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Acad, SAG share same voter pool

Screen Actors Guild Awards 2012

With the 1,183 members of the Academy of Motion Picture Arts and Sciences’ acting branch voting, it’s not surprising that most thesps nominated for an Oscar also match the performances earlier feted by the Screen Actors Guild.

This year was no different. In the lead actor and actress categories, four of the SAG noms matched what the Acad felt: Demian Bichir (“A Better Life”) George Clooney (“The Descendants”), Jean Dujardin (“The Artist”) and Brad Pitt (“Moneyball”) made both lists, with Gary Oldman (“Tinker Tailor Solder Spy”) making the Oscar shortlist instead of Leonardo DiCaprio (“J. Edgar”).

On the distaff side, Glenn Close (“Albert Nobbs”), Viola Davis (“The Help”), Meryl Streep (“The Iron Lady”) and Michelle Williams (“My Week With Marilyn”) made both lists. SAG nominee Tilda Swinton (“We Need to Talk About Kevin”) was replaced by Rooney Mara (“The Girl With the Dragon Tattoo”).

On the supporting side, the two sides thought exactly the same way — Berenice Bejo (“The Artist”), Jessica Chastain (“The Help”), Melissa McCarthy (“Bridesmaids”), Janet McTeer (“Albert Nobbs”) and Octavia Spencer (“The Help”) for the ladies. Only Max von Sydow (“Extremely Loud …”) made the Oscar noms cut when he didn’t fare as well with SAG. Conversely, Armie Hammer (“J. Edgar”) was supported by his guild but not by the Acad.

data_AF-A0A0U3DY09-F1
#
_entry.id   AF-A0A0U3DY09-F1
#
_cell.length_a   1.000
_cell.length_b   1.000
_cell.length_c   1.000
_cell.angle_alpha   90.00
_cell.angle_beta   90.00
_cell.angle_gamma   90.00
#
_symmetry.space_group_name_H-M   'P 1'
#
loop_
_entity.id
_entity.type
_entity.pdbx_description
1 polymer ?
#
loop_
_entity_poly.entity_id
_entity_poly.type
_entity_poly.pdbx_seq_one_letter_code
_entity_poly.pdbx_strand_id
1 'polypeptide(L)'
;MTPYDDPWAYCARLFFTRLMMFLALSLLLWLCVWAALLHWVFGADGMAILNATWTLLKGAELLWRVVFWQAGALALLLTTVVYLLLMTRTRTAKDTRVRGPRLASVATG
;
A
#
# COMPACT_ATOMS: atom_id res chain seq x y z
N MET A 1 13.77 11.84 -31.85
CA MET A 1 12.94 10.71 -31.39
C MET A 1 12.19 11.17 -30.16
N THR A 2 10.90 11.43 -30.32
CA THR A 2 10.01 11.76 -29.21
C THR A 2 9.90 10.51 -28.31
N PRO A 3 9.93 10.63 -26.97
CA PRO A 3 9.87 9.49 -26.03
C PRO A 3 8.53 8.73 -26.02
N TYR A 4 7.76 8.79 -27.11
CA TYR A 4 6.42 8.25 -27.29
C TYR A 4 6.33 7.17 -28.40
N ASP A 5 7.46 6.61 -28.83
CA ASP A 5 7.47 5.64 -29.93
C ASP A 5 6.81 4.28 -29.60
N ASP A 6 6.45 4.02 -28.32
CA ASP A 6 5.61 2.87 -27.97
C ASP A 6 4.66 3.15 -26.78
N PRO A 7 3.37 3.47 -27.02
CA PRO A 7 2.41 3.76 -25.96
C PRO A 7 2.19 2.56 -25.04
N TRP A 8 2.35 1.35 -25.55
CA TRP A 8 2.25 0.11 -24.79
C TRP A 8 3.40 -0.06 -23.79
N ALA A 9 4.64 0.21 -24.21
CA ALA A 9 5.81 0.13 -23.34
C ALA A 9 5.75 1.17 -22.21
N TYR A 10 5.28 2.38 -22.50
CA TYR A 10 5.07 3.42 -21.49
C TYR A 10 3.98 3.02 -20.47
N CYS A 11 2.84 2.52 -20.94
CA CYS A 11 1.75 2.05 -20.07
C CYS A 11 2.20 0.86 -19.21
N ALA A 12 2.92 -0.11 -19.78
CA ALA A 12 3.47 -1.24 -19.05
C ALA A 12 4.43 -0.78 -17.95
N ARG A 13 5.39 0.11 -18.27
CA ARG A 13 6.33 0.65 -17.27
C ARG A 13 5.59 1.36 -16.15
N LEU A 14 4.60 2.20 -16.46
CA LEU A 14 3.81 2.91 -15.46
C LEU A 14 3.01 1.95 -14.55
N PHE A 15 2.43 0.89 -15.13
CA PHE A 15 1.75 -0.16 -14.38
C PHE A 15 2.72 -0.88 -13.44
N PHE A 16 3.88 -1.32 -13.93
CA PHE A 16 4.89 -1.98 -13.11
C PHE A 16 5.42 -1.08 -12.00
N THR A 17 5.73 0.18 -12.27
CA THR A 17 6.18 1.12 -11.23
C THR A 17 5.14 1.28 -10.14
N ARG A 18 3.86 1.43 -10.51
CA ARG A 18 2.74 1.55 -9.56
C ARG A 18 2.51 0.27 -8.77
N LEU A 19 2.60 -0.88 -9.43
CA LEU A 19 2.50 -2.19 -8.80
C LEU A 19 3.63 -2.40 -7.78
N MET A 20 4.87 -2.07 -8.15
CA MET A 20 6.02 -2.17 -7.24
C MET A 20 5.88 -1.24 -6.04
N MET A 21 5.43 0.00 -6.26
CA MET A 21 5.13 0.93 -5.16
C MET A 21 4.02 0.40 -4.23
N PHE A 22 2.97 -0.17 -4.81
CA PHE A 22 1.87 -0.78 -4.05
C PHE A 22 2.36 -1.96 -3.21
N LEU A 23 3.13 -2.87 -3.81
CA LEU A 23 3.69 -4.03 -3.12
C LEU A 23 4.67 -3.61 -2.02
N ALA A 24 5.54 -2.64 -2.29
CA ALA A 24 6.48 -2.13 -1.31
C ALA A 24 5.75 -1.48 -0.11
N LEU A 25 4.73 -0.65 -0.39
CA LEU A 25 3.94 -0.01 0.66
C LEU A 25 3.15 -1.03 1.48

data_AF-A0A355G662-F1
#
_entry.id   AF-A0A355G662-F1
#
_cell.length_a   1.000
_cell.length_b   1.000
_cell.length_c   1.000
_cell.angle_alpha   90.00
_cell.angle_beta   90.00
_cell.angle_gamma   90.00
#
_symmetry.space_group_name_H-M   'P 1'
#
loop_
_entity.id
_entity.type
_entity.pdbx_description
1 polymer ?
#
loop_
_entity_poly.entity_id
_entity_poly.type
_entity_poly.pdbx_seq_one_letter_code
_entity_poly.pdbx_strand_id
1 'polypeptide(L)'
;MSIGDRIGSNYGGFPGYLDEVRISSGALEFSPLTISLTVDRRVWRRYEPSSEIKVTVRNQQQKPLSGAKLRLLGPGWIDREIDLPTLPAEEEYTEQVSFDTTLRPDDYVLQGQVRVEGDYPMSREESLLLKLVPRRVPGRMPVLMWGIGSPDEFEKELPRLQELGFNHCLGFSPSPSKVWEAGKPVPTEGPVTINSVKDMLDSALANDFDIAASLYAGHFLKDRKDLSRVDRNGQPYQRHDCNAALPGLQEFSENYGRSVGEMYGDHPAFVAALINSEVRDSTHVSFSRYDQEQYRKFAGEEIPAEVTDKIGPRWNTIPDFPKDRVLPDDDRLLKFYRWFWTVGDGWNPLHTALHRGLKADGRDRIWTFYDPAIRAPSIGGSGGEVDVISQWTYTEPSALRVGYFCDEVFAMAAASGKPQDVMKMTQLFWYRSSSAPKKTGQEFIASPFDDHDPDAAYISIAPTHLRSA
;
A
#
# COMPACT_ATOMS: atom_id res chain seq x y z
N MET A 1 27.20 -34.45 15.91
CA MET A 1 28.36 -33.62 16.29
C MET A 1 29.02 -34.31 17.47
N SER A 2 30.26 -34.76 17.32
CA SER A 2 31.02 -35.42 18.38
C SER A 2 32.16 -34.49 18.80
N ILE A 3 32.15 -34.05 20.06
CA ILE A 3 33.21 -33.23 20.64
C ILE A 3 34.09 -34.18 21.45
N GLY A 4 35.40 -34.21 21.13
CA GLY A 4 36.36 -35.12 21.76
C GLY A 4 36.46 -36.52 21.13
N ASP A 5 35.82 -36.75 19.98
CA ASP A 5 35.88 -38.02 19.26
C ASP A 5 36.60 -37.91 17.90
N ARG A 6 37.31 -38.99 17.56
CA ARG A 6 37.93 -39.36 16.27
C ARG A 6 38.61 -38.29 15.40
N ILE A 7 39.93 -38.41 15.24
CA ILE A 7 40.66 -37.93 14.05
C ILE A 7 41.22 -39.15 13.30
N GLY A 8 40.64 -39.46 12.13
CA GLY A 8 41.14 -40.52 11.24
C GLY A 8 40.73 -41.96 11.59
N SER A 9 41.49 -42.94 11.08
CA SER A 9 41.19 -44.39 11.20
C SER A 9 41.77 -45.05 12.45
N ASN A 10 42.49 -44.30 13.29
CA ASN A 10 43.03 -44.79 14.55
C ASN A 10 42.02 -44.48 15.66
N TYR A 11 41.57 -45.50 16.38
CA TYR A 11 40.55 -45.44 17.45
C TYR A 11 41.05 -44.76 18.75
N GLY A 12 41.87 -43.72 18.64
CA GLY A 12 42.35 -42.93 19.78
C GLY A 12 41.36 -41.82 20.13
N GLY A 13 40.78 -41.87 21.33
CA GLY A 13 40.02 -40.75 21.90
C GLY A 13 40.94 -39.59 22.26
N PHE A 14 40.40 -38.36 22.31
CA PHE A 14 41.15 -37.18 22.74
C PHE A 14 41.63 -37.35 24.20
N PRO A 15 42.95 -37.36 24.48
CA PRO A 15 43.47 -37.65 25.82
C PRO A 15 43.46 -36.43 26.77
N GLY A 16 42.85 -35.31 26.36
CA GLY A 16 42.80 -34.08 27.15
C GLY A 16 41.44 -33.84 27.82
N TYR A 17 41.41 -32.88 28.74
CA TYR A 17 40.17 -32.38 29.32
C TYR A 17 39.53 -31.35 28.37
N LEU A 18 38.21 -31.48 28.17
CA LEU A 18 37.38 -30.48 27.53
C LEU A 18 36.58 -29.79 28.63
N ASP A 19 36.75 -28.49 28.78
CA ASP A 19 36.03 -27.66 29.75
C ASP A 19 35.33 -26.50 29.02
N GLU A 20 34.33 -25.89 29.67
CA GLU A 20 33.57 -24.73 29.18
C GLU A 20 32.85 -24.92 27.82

The four who made both lists: Kenneth Branagh (“My Week With Marilyn”), Jonah Hill (“Moneyball”), Nick Nolte (“Warrior”) and Christopher Plummer (“Beginners”).

In the 17-year history of the SAG Awards, 86% of its lead actress nominees and 82% of its lead actor nominees have gone on to win Oscar nods as well. And that’s not taking into account the occasions when SAG has placed a performance in lead — Jennifer Connelly in “A Beautiful Mind” and Benicio Del Toro for “Traffic” — that Academy voters later deem a supporting turn.

When the two bodies differ, experts say, it’s a result mostly of timing. This year, SAG members had to turn in their ballots by Dec. 12. With a Jan. 13 deadline, Academy voters had an extra month to watch movies and sift through their stack of screeners.

“There are always late game-changers that aren’t around when the SAG nominating committee votes,” says Sasha Stone, founder and editor of the Awards Daily website.

SAG’s earlier voting deadline also helps actors when their movies are the first to arrive in members’ mailboxes. This year, Mexican-born thesp Bichir received a SAG nomination for his critically praised work in “A Better Life,” a film that was one of the first DVD screeners out of the gate.

Hitfix.com’s Kristopher Tapley, exec editor of the In Contention blog, says the guild tends to reward actors at both ends of the age spectrum — young thesps such as Evan Rachel Wood for “Thirteen” and “Billy Elliot’s” Jamie Bell, as well as performers like Gena Rowlands (“Unhook the Stars”).

“Ever since they snubbed Lauren Bacall for Juliette Binoche, I think that sentiment alone (for older actors) is no longer enough to sway a vote with the Academy,” says USA Today film writer Susan Wloszczyna, talking of 1996 when Binoche won the supporting actress Oscar for “The English Patient,” beating Bacall in “The Mirror has Two Faces.”

Idol of capri to acting icon | Howard talks up AFTRA merger | Acad, SAG share same voter pool | Partygoers relax, revel after the show | Stunts given due | Brisk pace gives winners last word |

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